CHENNAI: The longest solar eclipse of this century awaits astronomers on January 15. People at the southern tip of India — Kanyakumari, Rameswaram, Dhanushkodi, Sivaganga, Nagercoil, Tirunelveli, Nagapattinam, Thanjavur, Mayiladuthurai, Chidambaram, Karaikudi and Pudukottai — can see the sun as a ‘Ring of Fire.’
“The effect will occur during the maximum phase of the eclipse, when the moon will cover the sun’s disk. While these parts of India are lucky to observe the outer regions of the sun, the rest of the country will get to see just a partially eclipsed sun,” says P. Iyamperumal, Executive Director, Tamil Nadu Science and Technology Centre, Chennai.
According to him, the annular phase runs from 10.44 hours IST, when the eclipse begins in the Central African Republic to the end of the eclipse on the Chinese Yellow sea coast at 14.29 hours IST. The maximum eclipse is at 12. 36 hours IST, when the annular phase will last just over 11 minutes.
“The path of the eclipse will be about 328 km wide. It passes over the Maldives at 12.55 hours IST and the duration will be almost 11 minutes on the centre-line. The track next reaches India. The centre line just misses the mainland. It moves very close to Dhanushkodi. Skygazers along north-eastern Sri Lanka will have the best view, as the centre line clips the land there (Kankaesanthurai, Jaffna region). The path will be 323-km wide here and the eclipse will last over 10 minutes,” he said.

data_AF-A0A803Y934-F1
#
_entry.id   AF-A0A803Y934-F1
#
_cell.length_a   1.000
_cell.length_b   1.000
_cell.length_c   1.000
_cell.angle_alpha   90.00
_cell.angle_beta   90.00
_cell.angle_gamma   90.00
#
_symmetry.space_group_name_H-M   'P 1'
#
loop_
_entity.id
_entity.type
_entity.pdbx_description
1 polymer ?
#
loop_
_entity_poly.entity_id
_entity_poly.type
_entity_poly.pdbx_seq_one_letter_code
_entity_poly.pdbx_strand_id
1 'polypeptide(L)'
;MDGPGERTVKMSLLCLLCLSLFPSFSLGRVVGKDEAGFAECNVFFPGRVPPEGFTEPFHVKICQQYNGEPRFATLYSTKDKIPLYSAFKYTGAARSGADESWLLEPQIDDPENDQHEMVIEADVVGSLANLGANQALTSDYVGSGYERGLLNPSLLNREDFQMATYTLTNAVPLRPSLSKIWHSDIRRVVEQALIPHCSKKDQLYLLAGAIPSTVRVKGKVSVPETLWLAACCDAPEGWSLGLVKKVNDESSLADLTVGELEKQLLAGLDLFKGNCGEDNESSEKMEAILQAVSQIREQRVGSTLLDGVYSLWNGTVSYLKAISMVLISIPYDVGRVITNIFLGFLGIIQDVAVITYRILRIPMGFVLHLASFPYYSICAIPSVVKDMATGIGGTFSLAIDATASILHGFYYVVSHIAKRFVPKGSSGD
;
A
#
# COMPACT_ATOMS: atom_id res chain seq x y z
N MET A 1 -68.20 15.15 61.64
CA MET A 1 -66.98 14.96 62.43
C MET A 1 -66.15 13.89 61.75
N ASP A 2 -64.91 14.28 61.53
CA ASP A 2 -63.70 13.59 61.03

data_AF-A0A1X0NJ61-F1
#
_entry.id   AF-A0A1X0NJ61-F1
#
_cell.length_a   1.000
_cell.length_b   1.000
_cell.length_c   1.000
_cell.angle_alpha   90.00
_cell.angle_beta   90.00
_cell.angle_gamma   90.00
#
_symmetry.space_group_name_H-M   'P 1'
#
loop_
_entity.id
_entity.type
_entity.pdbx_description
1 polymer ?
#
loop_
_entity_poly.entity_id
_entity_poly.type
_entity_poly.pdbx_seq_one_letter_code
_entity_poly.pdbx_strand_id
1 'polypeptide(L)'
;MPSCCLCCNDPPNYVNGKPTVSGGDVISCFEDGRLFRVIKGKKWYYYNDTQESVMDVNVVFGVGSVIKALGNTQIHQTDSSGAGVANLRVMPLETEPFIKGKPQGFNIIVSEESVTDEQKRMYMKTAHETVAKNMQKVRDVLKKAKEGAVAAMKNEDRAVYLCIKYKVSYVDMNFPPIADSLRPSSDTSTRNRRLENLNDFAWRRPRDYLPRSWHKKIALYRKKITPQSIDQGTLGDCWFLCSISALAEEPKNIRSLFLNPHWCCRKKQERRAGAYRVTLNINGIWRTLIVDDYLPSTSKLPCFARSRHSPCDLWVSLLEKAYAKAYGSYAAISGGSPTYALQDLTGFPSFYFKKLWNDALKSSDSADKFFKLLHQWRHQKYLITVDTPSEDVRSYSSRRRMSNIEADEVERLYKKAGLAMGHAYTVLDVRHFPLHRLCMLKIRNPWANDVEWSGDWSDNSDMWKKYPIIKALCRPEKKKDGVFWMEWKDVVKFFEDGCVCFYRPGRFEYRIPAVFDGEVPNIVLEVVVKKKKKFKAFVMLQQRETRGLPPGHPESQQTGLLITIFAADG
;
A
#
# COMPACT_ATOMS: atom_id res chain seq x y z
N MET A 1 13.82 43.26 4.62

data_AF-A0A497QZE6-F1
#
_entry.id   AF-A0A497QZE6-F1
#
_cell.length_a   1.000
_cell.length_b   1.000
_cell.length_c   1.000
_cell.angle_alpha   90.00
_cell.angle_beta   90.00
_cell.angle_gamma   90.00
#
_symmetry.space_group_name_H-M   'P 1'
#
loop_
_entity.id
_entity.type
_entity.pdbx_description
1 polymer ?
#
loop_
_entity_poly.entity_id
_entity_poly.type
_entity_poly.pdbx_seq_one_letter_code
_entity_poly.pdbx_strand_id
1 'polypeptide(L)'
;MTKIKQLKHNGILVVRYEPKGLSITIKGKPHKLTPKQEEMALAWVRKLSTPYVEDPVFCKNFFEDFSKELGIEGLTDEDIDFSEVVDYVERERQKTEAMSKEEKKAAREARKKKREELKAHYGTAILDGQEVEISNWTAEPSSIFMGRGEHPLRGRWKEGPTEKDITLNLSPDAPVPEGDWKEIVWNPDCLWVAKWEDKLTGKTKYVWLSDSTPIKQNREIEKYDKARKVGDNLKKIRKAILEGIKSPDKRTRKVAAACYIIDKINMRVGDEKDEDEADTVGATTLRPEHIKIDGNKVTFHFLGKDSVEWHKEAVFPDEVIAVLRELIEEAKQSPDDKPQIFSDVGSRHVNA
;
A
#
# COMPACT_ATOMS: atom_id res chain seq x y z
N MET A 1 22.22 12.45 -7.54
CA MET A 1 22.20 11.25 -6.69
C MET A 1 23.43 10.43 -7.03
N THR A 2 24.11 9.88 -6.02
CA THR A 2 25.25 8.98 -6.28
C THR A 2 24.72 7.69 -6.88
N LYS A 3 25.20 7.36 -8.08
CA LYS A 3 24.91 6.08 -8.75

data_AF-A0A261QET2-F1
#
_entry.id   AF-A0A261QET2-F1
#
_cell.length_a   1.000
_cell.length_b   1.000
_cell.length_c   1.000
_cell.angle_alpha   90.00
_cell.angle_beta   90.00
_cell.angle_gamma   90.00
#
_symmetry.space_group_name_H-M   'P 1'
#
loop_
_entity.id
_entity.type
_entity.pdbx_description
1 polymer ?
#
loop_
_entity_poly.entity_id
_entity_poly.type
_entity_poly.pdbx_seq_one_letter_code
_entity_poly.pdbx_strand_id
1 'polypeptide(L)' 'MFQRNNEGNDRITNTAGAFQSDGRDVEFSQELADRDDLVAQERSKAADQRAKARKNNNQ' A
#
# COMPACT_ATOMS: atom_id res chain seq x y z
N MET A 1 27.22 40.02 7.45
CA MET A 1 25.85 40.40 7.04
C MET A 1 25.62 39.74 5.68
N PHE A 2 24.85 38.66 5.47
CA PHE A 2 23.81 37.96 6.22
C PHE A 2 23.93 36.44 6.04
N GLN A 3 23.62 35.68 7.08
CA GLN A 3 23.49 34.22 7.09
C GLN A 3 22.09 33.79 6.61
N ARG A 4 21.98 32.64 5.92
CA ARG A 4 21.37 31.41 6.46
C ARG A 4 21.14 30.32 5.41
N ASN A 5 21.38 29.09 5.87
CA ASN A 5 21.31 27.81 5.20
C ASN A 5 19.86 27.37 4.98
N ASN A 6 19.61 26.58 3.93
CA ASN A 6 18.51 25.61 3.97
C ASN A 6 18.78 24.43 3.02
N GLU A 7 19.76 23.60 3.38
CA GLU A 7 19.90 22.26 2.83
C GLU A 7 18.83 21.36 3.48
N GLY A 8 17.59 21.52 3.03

According to the Director at Chennai, 82.33 per cent of the diameter of the sun will be covered at the time of maximum eclipse. It would begin at 11.25 hours IST and end at 15.15 hours IST.
The Tamil Nadu Science and Technology Centre (TNSTC), in co-ordination with Vigyan Prasar, Department of Science and technology, Government of India, has planned to hold a workshop for students from January 14 to 16 at Kanyakumari. More than 750 students, from all over India, are expected to participate in this workshop and perform experiments.Elaborate arrangements have been made by the TNSTC officials for the public to watch the celestial phenomenon at Kanyakumari. Mr. Iyamperumal cautioned the public that it was unsafe to look at the sun directly.